Mobilized by Injustice: Criminal Justice contact, Political Participation and Race

October 8, 2020 5 pm

Hannah WalkerToday at 5pm, Dr. Hannah Walker (Assistant Professor, UT Austin) will discuss her award-winning book, Mobilized by Injustice: Criminal Justice contact, Political Participation and Race(Cambridge University Press, 2020). Professor Kami Chavis will moderate the Q & A session following Walker’s presentation. This virtual event is sponsored by the WFU Politics department, Intercultural Center, Slavery, Race & Memory Project, Center for Research, Engagement, & Collaboration in African American Life (RECAAL), and the Office of Civic & Community Engagement (OCCE).

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Dr. Hannah L. Walker is an assistant professor of Government at the University of Texas at Austin. Her research examines the impact of the criminal justice system on American democracy with special attention to minority and immigrant communities. Previously, she served as and assistant professor of Political Science and Criminal Justice at Rutgers University (2017-2020), and a postdoctoral fellow with the Prisons and Justice Initiative at Georgetown University (2016-2017). She received her PhD in 2016 from the University of Washington.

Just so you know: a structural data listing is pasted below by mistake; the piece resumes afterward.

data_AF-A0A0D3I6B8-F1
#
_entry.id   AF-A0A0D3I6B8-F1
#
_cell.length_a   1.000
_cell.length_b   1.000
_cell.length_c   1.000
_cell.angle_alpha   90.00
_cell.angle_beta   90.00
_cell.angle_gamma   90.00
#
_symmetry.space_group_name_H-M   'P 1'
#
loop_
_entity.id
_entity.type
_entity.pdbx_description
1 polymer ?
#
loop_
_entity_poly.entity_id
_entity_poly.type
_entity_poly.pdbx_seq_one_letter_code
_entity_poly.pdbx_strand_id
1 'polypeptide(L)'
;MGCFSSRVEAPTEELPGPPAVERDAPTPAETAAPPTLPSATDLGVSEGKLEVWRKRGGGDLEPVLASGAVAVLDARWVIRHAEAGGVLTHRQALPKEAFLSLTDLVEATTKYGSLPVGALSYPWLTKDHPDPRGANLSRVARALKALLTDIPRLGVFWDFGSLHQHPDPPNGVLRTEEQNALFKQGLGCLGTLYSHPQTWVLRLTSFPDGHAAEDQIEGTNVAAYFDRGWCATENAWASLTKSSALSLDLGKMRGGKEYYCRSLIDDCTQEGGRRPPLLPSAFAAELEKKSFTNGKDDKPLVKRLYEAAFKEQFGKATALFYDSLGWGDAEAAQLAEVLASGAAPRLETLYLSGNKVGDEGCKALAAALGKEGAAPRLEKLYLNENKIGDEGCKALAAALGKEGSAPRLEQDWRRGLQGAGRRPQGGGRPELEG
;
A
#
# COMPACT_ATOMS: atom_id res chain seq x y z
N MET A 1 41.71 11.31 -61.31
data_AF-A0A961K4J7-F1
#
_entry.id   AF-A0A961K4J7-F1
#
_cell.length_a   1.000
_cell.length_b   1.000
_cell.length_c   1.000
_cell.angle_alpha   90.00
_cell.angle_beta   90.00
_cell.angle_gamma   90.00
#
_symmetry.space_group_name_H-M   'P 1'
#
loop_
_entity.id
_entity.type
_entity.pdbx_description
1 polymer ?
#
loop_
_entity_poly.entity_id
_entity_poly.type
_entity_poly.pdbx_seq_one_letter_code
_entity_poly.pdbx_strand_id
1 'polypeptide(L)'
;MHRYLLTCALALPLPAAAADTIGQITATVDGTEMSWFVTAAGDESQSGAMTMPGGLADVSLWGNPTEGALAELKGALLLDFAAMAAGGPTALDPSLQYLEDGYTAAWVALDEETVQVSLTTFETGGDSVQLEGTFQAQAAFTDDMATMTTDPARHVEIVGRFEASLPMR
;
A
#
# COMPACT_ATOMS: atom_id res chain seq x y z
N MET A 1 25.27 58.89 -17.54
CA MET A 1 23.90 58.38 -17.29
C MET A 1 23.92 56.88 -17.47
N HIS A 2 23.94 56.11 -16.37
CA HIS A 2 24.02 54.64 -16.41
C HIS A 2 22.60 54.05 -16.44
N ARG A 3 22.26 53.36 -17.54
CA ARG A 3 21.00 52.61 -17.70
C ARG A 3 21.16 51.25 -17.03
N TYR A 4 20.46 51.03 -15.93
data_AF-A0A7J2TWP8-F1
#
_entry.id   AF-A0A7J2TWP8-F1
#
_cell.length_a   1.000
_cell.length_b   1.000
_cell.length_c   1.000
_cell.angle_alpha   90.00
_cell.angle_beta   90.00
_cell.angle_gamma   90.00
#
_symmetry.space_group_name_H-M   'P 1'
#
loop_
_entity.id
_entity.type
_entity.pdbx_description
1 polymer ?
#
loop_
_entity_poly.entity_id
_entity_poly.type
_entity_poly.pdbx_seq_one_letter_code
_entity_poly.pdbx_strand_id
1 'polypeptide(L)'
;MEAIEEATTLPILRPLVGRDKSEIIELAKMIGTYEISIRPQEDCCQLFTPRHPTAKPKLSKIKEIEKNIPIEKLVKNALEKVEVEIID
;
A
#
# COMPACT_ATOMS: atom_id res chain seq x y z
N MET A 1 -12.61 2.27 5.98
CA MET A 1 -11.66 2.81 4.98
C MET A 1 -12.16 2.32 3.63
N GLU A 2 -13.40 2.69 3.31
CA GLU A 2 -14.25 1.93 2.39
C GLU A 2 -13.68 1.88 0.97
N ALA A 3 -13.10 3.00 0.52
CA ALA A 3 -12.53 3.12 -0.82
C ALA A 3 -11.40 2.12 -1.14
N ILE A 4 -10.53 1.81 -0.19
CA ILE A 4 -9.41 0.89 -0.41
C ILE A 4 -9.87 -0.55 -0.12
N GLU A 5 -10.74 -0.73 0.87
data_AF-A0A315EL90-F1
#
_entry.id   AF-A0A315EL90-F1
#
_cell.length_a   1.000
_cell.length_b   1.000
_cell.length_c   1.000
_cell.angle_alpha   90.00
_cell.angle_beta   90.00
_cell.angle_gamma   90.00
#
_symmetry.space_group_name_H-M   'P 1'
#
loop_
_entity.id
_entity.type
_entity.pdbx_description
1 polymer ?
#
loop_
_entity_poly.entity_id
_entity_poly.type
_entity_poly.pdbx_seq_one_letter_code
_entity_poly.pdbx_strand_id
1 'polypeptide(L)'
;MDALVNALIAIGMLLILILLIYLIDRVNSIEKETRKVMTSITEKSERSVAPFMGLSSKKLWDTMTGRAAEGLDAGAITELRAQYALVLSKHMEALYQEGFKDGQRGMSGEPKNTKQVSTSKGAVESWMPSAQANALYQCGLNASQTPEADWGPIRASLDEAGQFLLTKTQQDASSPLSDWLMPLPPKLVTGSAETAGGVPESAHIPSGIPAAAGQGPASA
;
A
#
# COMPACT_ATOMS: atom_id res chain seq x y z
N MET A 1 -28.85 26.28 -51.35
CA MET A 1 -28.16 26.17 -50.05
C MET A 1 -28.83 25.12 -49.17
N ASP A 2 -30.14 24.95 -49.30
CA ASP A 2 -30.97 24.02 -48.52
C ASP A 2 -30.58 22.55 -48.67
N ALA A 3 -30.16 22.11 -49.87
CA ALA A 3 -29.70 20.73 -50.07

Her book, Mobilized by Injustice (available through Oxford University Press)explores the impact of experiences with the criminal justice system on political engagement. Springing from decades of abuse by law enforcement and an excessive criminal justice system, members of over-policed communities lead the current movement for civil rights in the United States. Activated by injustice, individuals protested police brutality in Ferguson, campaigned to end stop-and-frisk in New York City, and advocated for restorative justice in Washington, D.C. Yet, scholars focused on the negative impact of criminal justice on resources and public trust did not predict these pockets of resistance, arguing instead that demeaning policy leads individuals to withdraw. Mobilized by Injustice excavates conditions under which, despite other negative outcomes, criminal justice experiences catalyze political action. When understood as resulting from a system that targets people based on race, class, or other group identifiers, contact can politically mobilize.

The Mobilized by Injustice book can be purchased here: